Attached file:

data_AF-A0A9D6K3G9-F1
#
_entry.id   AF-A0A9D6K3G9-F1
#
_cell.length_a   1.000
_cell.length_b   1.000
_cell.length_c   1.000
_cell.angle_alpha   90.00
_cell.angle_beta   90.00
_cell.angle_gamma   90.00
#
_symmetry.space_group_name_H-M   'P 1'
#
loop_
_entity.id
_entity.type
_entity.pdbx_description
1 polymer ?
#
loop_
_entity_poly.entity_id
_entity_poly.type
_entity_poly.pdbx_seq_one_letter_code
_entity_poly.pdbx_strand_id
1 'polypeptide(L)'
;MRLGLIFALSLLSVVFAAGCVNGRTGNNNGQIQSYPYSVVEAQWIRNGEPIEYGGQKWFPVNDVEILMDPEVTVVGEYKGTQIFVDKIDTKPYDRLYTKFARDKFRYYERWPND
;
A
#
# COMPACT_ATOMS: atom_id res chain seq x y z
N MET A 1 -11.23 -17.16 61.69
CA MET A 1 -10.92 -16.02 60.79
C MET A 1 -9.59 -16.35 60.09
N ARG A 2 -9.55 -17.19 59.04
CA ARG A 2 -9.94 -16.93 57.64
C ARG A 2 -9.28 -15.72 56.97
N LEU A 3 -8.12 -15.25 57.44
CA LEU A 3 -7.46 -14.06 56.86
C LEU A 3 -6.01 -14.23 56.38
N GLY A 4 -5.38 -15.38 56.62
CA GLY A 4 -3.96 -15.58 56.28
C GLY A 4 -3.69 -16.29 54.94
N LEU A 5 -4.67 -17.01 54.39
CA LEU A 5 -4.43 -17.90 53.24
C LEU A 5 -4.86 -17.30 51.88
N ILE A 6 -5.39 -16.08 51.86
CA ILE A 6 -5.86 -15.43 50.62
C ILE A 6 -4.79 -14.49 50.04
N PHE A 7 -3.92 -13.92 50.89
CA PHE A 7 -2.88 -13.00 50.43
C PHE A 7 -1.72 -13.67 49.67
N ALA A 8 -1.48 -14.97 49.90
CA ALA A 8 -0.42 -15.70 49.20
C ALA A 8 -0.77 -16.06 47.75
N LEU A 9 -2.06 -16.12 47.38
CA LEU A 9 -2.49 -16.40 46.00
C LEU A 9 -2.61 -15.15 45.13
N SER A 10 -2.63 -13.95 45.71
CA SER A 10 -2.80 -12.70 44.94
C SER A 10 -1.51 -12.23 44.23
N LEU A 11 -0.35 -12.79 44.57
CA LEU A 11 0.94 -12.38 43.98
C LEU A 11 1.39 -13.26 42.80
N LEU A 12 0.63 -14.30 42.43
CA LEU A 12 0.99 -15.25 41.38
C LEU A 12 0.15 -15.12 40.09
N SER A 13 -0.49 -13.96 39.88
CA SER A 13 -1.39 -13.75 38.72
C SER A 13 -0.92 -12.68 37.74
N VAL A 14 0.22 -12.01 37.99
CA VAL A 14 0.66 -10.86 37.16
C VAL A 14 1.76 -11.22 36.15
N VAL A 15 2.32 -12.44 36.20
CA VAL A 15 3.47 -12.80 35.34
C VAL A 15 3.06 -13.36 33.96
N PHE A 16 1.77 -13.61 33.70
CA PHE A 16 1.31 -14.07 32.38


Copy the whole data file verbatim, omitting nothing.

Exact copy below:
data_AF-A0A9D6K3G9-F1
#
_entry.id   AF-A0A9D6K3G9-F1
#
_cell.length_a   1.000
_cell.length_b   1.000
_cell.length_c   1.000
_cell.angle_alpha   90.00
_cell.angle_beta   90.00
_cell.angle_gamma   90.00
#
_symmetry.space_group_name_H-M   'P 1'
#
loop_
_entity.id
_entity.type
_entity.pdbx_description
1 polymer ?
#
loop_
_entity_poly.entity_id
_entity_poly.type
_entity_poly.pdbx_seq_one_letter_code
_entity_poly.pdbx_strand_id
1 'polypeptide(L)'
;MRLGLIFALSLLSVVFAAGCVNGRTGNNNGQIQSYPYSVVEAQWIRNGEPIEYGGQKWFPVNDVEILMDPEVTVVGEYKGTQIFVDKIDTKPYDRLYTKFARDKFRYYERWPND
;
A
#
# COMPACT_ATOMS: atom_id res chain seq x y z
N MET A 1 -11.23 -17.16 61.69
CA MET A 1 -10.92 -16.02 60.79
C MET A 1 -9.59 -16.35 60.09
N ARG A 2 -9.55 -17.19 59.04
CA ARG A 2 -9.94 -16.93 57.64
C ARG A 2 -9.28 -15.72 56.97
N LEU A 3 -8.12 -15.25 57.44
CA LEU A 3 -7.46 -14.06 56.86
C LEU A 3 -6.01 -14.23 56.38
N GLY A 4 -5.38 -15.38 56.62
CA GLY A 4 -3.96 -15.58 56.28
C GLY A 4 -3.69 -16.29 54.94
N LEU A 5 -4.67 -17.01 54.39
CA LEU A 5 -4.43 -17.90 53.24
C LEU A 5 -4.86 -17.30 51.88
N ILE A 6 -5.39 -16.08 51.86
CA ILE A 6 -5.86 -15.43 50.62
C ILE A 6 -4.79 -14.49 50.04
N PHE A 7 -3.92 -13.92 50.89
CA PHE A 7 -2.88 -13.00 50.43
C PHE A 7 -1.72 -13.67 49.67
N ALA A 8 -1.48 -14.97 49.90
CA ALA A 8 -0.42 -15.70 49.20
C ALA A 8 -0.77 -16.06 47.75
N LEU A 9 -2.06 -16.12 47.38
CA LEU A 9 -2.49 -16.40 46.00
C LEU A 9 -2.61 -15.15 45.13
N SER A 10 -2.63 -13.95 45.71
CA SER A 10 -2.80 -12.70 44.94
C SER A 10 -1.51 -12.23 44.23
N LEU A 11 -0.35 -12.79 44.57
CA LEU A 11 0.94 -12.38 43.98
C LEU A 11 1.39 -13.26 42.80
N LEU A 12 0.63 -14.30 42.43
CA LEU A 12 0.99 -15.25 41.38
C LEU A 12 0.15 -15.12 40.09
N SER A 13 -0.49 -13.96 39.88
CA SER A 13 -1.39 -13.75 38.72
C SER A 13 -0.92 -12.68 37.74
N VAL A 14 0.22 -12.01 37.99
CA VAL A 14 0.66 -10.86 37.16
C VAL A 14 1.76 -11.22 36.15
N VAL A 15 2.32 -12.44 36.20
CA VAL A 15 3.47 -12.80 35.34
C VAL A 15 3.06 -13.36 33.96
N PHE A 16 1.77 -13.61 33.70
CA PHE A 16 1.31 -14.07 32.38